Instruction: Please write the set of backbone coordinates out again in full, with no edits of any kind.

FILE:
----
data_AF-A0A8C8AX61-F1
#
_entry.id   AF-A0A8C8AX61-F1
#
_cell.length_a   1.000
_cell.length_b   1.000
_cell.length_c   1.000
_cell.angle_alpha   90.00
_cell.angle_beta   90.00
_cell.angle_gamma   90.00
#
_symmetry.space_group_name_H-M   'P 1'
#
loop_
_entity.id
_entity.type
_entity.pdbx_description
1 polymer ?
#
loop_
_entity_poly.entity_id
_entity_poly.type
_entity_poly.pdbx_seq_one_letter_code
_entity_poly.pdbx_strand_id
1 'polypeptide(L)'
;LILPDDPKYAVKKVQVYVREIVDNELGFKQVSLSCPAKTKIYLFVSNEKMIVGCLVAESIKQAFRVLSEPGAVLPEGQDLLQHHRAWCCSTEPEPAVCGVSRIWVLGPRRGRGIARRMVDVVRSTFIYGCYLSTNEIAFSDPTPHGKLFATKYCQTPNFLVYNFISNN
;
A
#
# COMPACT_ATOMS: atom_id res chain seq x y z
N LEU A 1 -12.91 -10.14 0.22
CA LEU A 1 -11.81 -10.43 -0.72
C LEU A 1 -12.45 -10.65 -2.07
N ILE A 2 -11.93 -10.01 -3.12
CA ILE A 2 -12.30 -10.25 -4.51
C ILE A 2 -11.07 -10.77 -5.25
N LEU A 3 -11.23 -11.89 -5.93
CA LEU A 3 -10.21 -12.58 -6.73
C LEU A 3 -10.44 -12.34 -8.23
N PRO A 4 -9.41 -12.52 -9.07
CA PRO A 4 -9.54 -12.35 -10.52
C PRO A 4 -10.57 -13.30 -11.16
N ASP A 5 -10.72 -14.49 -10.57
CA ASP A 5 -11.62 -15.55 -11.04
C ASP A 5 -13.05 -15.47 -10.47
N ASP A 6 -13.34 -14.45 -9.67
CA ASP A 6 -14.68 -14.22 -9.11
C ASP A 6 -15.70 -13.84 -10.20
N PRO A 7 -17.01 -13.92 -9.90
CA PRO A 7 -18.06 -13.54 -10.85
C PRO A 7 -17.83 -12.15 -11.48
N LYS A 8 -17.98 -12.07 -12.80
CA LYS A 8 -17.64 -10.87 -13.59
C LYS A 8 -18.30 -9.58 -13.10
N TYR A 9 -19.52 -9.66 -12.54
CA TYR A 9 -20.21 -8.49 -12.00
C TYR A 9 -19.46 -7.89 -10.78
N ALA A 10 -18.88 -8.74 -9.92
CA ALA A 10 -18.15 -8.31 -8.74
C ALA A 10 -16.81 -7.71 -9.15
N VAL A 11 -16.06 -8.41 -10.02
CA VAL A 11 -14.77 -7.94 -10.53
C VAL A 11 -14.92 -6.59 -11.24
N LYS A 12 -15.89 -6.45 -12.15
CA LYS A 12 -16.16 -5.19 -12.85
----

data_AF-A0A8C8AX61-F1
#
_entry.id   AF-A0A8C8AX61-F1
#
_cell.length_a   1.000
_cell.length_b   1.000
_cell.length_c   1.000
_cell.angle_alpha   90.00
_cell.angle_beta   90.00
_cell.angle_gamma   90.00
#
_symmetry.space_group_name_H-M   'P 1'
#
loop_
_entity.id
_entity.type
_entity.pdbx_description
1 polymer ?
#
loop_
_entity_poly.entity_id
_entity_poly.type
_entity_poly.pdbx_seq_one_letter_code
_entity_poly.pdbx_strand_id
1 'polypeptide(L)'
;LILPDDPKYAVKKVQVYVREIVDNELGFKQVSLSCPAKTKIYLFVSNEKMIVGCLVAESIKQAFRVLSEPGAVLPEGQDLLQHHRAWCCSTEPEPAVCGVSRIWVLGPRRGRGIARRMVDVVRSTFIYGCYLSTNEIAFSDPTPHGKLFATKYCQTPNFLVYNFISNN
;
A
#
# COMPACT_ATOMS: atom_id res chain seq x y z
N LEU A 1 -12.91 -10.14 0.22
CA LEU A 1 -11.81 -10.43 -0.72
C LEU A 1 -12.45 -10.65 -2.07
N ILE A 2 -11.93 -10.01 -3.12
CA ILE A 2 -12.30 -10.25 -4.51
C ILE A 2 -11.07 -10.77 -5.25
N LEU A 3 -11.23 -11.89 -5.93
CA LEU A 3 -10.21 -12.58 -6.73
C LEU A 3 -10.44 -12.34 -8.23
N PRO A 4 -9.41 -12.52 -9.07
CA PRO A 4 -9.54 -12.35 -10.52
C PRO A 4 -10.57 -13.30 -11.16
N ASP A 5 -10.72 -14.49 -10.57
CA ASP A 5 -11.62 -15.55 -11.04
C ASP A 5 -13.05 -15.47 -10.47
N ASP A 6 -13.34 -14.45 -9.67
CA ASP A 6 -14.68 -14.22 -9.11
C ASP A 6 -15.70 -13.84 -10.20
N PRO A 7 -17.01 -13.92 -9.90
CA PRO A 7 -18.06 -13.54 -10.85
C PRO A 7 -17.83 -12.15 -11.48
N LYS A 8 -17.98 -12.07 -12.80
CA LYS A 8 -17.64 -10.87 -13.59
C LYS A 8 -18.30 -9.58 -13.10
N TYR A 9 -19.52 -9.66 -12.54
CA TYR A 9 -20.21 -8.49 -12.00
C TYR A 9 -19.46 -7.89 -10.78
N ALA A 10 -18.88 -8.74 -9.92
CA ALA A 10 -18.15 -8.31 -8.74
C ALA A 10 -16.81 -7.71 -9.15
N VAL A 11 -16.06 -8.41 -10.02
CA VAL A 11 -14.77 -7.94 -10.53
C VAL A 11 -14.92 -6.59 -11.24
N LYS A 12 -15.89 -6.45 -12.15
CA LYS A 12 -16.16 -5.19 -12.85